Biostatistics Research Day is an annual departmental event that showcases student research and promotes interdisciplinary research among graduate students and faculty in Public Health.
This year's speaker is James Dignam, PhD (BIOST '94).
Meetings of the Eastern North American Region of the International Biometric Society (a.k.a. "ENAR meetings") are held in late March or early April each year and reflect the broad interests of the Society, including both quantitative techniques and application areas. Faculty and student presenters from the Department of Biostatistics regularly participate giving invited talks, contributed talks, and poster presentations.
The Joint Statistical Meetings, known simply as "JSM", is the largest gathering of statisticians held annually in North American. Faculty and student presenters from the Department of Biostatistics regularly participate giving invited talks, contributed talks, and poster presentations. Our students often receive top awards and participate in the affiliated career marketplace at the event.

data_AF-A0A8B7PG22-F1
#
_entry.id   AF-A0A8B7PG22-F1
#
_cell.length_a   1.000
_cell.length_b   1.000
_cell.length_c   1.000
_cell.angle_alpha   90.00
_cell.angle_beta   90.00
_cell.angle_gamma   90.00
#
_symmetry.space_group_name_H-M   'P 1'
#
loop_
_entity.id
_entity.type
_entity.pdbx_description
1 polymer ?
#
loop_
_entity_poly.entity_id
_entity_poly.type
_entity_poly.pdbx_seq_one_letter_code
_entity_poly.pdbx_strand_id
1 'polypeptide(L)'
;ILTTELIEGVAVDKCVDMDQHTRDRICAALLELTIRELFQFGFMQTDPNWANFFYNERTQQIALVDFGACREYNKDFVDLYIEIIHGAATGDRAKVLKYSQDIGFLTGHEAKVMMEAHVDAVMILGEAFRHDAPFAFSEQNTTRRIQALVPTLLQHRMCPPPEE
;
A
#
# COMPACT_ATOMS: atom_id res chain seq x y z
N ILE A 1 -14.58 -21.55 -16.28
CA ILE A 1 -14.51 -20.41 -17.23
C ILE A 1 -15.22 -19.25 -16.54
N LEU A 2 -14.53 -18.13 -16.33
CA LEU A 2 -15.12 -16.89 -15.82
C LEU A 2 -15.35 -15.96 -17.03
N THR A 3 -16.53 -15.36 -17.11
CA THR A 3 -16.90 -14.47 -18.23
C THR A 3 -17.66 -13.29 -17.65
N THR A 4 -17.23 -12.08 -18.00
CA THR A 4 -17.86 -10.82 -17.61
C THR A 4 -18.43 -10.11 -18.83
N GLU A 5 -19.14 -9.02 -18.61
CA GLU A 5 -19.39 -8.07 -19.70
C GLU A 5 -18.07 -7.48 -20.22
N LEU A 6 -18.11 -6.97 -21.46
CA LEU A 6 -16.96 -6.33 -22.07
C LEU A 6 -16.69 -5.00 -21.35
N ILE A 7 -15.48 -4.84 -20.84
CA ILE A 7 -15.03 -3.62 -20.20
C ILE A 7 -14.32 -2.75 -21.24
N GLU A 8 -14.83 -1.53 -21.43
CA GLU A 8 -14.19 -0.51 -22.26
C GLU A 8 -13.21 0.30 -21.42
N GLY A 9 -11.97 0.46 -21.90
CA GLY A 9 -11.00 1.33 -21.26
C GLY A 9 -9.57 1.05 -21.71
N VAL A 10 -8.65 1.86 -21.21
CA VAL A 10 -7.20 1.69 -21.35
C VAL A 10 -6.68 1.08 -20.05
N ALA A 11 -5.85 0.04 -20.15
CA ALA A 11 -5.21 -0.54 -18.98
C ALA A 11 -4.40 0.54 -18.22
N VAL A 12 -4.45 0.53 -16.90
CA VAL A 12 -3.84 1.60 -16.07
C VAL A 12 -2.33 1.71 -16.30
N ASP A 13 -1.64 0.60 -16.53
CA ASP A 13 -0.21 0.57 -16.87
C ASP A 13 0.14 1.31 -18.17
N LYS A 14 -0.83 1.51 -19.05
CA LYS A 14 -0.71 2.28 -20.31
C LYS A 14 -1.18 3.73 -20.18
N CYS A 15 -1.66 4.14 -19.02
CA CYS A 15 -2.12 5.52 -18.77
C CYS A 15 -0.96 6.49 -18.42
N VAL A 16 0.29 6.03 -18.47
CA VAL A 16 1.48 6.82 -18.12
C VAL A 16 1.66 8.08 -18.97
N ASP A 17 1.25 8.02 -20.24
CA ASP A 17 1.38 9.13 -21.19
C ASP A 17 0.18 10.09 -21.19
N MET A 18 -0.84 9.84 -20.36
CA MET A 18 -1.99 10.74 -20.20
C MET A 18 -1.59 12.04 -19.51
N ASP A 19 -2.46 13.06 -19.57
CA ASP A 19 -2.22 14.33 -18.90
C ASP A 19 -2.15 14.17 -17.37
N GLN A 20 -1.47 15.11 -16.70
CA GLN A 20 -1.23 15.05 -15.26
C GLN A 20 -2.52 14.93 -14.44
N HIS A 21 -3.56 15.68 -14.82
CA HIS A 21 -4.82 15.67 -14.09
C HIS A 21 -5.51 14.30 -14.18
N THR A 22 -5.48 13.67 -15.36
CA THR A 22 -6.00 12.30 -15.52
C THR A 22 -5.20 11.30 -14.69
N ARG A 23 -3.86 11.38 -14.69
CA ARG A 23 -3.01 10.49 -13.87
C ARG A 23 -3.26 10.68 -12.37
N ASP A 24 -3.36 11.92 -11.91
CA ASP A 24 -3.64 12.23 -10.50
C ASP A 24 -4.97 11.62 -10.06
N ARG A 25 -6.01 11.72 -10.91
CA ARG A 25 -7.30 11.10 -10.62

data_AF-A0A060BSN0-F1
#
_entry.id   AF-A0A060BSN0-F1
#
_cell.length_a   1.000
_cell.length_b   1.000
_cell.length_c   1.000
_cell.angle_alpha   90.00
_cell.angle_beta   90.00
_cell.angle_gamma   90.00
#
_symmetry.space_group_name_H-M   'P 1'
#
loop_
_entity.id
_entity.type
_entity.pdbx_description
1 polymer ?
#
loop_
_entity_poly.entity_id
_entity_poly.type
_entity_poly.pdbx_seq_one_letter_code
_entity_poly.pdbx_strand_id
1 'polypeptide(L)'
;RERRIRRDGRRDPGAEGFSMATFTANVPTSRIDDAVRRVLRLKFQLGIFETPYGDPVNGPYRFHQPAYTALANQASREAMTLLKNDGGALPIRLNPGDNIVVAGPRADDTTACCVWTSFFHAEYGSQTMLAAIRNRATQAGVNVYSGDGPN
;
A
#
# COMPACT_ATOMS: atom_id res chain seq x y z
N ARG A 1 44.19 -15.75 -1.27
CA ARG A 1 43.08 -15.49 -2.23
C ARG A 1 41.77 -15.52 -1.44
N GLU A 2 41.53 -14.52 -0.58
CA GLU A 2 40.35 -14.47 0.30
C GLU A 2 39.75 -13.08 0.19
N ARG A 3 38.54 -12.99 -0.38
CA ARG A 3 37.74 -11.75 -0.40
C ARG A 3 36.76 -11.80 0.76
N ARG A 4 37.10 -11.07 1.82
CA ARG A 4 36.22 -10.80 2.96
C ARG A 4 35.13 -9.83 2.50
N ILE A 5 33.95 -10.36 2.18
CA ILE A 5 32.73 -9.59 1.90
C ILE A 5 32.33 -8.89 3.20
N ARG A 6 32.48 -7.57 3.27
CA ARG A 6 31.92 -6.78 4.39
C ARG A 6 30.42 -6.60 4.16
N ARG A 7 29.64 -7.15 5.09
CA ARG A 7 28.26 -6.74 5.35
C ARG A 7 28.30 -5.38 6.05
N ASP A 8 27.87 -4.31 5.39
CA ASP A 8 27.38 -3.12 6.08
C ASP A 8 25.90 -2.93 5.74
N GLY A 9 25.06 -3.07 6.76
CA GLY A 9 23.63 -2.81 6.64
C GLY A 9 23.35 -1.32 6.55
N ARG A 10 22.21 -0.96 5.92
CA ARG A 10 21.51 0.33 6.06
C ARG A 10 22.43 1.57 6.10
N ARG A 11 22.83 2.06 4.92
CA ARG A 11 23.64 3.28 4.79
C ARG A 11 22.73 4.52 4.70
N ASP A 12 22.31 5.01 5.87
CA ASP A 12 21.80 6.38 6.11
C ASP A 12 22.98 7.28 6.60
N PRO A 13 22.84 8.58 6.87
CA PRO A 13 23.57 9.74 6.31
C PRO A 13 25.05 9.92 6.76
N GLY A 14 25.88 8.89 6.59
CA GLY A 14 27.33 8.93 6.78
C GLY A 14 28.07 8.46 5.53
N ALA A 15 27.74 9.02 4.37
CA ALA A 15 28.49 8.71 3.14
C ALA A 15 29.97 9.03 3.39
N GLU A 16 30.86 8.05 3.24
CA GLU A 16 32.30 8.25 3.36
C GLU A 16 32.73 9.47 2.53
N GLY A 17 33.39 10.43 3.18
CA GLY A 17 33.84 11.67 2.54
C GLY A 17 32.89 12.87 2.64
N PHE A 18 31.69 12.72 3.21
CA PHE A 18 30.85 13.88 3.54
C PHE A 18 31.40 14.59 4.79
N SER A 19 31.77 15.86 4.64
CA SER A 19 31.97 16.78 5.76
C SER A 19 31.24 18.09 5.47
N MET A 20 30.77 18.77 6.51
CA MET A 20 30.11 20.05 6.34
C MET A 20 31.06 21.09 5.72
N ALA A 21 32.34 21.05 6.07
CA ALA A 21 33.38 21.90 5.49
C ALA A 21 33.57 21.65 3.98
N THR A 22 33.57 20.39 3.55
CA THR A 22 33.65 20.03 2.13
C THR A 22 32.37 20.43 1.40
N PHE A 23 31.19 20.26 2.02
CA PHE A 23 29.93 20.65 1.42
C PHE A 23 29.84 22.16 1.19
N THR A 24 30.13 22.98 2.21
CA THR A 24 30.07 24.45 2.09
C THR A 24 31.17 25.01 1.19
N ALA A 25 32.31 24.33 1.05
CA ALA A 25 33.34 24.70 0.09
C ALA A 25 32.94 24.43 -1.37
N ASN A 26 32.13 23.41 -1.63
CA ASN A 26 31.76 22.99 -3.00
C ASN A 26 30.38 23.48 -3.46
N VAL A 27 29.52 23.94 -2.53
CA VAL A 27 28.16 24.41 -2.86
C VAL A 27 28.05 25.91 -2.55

This week's Biostatistics Seminar will feature Dr. Joel B. Greenhouse, Professor of Statistics, Carnegie Mellon University who will present his talk, "Statistical Thinking and Public Health".
Abstract: Perhaps in response to the emergence of the field of Data Science, many in the Statistics community have been actively promoting the central role of statistical thinking in the practice of statistics. Brown and Kass, for example, assert that “. . . the primary goal of statistical training at all levels should be to help students develop statistical thinking.” Little, however, has been written about what statistical thinking is. In this talk I enumerate key elements of statistical thinking and illustrate the role good statistical thinking has played in advancing the public health and biomedical sciences.
Last Updated On Monday, November 7, 2016 by Kapko, Bernadette E
Created On Thursday, July 14, 2016
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